of no fixed subtitle
May 14, 2008
Shipwrecks and Sea Disasters.
A ghostly host of corroding skeletons at Dark Roasted Blend.
13 years ago
Fish tick, they really beautiful photos, but I can't enjoy them because I know about
In the shipyards of Alang, India they destroy men as well as ships.
It happens here, as well.
In Chittagong, Bangladesh the work is dirty and dangerous, the pay meager and the job is theirs for life, however
short that may be.
are the pictures of hell on earth. And
of the story, for the strong of stomach. Sorry for derailing, but this is a story I think that needs to be told.
'twas told, ma'am!
Ah, well done, good sir! But worthy enough to post again for those who may have missed it before, don't you think? Gads, only 2005? I'm thinking my memory is
*waggles unregrown ovaries at fergittin' GramMa*
This kind of thing always makes me think of the song featured in
this youtube video
Oh, and on the subject of dodgey ship-breakers in South Asia... every so often, there's a NIMBY scandal about ship breaking in the West. In 2003-4 there was a proposal to scrap some old US Navy ships in Hartlepool in the UK. The breaking yards there desperately needed the work, had decades of experience and modern equipment and procedures. But the gutter press got wind that the ships had asbestos on them (like most ships of a certain age) and an 'environmental' campaign was launched to have them sent elsewhere. The protesters never specified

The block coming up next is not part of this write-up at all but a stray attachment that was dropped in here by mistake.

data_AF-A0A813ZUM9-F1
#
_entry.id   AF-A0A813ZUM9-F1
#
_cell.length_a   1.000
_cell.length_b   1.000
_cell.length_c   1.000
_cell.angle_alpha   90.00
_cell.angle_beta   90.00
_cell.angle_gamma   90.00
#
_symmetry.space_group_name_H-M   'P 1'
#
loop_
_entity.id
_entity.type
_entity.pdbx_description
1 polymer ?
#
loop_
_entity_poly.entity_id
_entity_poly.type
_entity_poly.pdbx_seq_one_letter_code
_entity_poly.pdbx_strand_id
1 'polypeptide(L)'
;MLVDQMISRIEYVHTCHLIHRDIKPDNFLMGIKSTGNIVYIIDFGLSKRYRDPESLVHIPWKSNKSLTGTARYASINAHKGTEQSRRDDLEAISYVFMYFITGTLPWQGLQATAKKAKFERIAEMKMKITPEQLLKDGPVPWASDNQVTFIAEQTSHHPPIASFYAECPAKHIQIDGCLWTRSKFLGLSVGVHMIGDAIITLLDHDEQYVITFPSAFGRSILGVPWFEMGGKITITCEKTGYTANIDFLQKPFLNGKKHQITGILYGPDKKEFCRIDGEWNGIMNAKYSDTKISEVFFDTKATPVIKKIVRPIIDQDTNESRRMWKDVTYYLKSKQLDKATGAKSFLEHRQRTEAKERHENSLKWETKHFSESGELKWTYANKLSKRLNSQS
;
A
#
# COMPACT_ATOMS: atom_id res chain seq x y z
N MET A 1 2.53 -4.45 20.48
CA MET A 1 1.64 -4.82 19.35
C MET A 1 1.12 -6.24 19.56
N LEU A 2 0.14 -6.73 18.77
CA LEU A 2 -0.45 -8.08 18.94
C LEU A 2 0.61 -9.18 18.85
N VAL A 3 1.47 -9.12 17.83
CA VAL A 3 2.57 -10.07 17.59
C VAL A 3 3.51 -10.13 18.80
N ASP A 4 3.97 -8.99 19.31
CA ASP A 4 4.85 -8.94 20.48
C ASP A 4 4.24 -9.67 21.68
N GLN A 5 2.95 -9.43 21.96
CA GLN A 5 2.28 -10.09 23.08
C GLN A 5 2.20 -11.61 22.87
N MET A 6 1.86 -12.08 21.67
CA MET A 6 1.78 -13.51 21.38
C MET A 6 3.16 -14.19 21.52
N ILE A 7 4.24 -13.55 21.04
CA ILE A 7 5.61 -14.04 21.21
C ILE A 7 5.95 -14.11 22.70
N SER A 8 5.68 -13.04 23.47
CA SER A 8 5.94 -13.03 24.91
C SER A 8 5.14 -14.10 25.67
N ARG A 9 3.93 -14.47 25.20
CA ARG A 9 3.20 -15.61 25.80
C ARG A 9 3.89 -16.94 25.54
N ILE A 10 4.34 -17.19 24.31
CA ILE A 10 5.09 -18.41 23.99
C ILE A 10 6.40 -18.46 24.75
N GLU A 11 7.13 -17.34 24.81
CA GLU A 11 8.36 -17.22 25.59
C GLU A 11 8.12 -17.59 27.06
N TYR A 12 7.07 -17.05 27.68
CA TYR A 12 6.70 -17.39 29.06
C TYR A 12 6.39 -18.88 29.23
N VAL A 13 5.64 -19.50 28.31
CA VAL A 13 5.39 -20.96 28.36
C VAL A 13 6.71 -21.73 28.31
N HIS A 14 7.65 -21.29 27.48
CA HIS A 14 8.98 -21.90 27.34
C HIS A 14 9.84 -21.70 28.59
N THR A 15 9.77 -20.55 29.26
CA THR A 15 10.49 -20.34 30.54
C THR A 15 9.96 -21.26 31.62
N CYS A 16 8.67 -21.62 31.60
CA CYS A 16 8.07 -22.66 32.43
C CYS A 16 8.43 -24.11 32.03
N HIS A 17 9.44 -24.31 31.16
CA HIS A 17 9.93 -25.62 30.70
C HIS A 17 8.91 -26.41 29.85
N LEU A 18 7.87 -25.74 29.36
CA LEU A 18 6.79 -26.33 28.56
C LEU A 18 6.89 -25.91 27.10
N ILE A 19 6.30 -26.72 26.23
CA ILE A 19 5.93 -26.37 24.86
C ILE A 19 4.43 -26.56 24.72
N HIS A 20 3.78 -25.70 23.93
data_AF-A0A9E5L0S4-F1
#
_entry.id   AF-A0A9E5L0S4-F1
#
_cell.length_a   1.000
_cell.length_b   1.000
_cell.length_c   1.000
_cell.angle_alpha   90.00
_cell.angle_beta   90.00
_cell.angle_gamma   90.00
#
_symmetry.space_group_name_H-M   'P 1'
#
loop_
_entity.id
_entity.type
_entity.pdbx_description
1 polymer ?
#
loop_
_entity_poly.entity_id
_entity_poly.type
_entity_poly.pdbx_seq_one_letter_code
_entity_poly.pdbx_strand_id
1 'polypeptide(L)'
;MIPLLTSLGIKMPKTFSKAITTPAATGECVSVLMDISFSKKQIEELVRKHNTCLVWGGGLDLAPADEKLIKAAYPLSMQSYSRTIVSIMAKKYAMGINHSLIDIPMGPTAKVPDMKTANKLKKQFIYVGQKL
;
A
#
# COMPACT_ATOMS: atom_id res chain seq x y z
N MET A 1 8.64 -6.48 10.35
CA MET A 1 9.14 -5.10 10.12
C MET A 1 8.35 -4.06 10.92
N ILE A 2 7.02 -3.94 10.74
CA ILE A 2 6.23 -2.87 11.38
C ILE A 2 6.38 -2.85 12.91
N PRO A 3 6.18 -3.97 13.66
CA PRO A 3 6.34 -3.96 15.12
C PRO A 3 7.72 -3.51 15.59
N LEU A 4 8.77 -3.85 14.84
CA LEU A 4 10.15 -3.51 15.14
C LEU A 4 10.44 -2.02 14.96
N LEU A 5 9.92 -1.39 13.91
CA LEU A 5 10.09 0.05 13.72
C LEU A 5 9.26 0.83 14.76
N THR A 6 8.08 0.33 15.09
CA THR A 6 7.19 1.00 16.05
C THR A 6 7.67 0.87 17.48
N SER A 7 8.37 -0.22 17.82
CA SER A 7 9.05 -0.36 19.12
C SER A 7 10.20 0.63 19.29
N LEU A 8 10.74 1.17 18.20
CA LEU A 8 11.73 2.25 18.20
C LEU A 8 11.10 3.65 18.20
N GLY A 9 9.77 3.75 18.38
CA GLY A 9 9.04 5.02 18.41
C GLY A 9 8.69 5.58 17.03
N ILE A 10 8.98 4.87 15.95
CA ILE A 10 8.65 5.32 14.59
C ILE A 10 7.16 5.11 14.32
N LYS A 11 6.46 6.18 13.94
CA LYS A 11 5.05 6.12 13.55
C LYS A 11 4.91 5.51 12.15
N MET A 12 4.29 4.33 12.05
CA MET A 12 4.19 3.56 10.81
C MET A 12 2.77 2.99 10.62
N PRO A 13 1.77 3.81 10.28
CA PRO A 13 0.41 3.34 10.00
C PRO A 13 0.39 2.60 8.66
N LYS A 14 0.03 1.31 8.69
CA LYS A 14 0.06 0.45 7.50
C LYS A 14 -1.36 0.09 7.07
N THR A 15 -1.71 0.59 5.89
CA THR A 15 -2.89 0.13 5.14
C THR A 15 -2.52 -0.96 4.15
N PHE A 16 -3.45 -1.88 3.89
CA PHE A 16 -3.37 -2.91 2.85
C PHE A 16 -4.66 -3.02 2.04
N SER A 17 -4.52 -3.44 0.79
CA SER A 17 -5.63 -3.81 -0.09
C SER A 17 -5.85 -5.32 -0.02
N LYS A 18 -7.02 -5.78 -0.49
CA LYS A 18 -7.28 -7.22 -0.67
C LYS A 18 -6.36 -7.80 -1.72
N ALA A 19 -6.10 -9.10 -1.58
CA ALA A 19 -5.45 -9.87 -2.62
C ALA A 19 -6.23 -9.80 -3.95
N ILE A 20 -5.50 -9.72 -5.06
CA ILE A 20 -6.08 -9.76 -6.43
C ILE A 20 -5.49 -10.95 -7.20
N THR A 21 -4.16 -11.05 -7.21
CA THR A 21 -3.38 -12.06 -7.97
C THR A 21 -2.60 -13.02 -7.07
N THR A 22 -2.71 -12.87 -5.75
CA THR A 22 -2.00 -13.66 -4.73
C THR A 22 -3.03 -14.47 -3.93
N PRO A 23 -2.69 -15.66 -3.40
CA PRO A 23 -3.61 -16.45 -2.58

they thought the ships should be broken up. As it happens, this particular case is still awaiting resolution, but you can bet that if these ships don't go to Hartlepool, they'll go somewhere like Alang. But what the heck,
environment is protected, right? Sometimes people make me want to spit fire.
...want to spit fire.
*stares suspiciously at the Dreadnought Is that ASBESTOS lining in your mouth? gedouttahere and go post somewhere else
Seriously, I keed because otherwise I'd cry. I'm so embarrassed for my own country with our NIMBY philosophy.
(double bananas for both posters!) I found myself utterly hypnotized by these, and I don't fully understand why. I've never been a big nautical nut, I live in a landlocked state--there's just something so beautiful and haunting and eerie about these, combined with the awesome power of the sea, just fascinating. The ships claimed by the desert really gave me goosebumps. And that coal ship in the photo with the golf courses and buildings--is that for real? Great stuff, fish tick! And polychrome!
And now, of course, after reading GrandMa's comment, I feel like a tool. Never mind.
I don't think anybody needs to feel bad for seeing the beauty in these pictures. I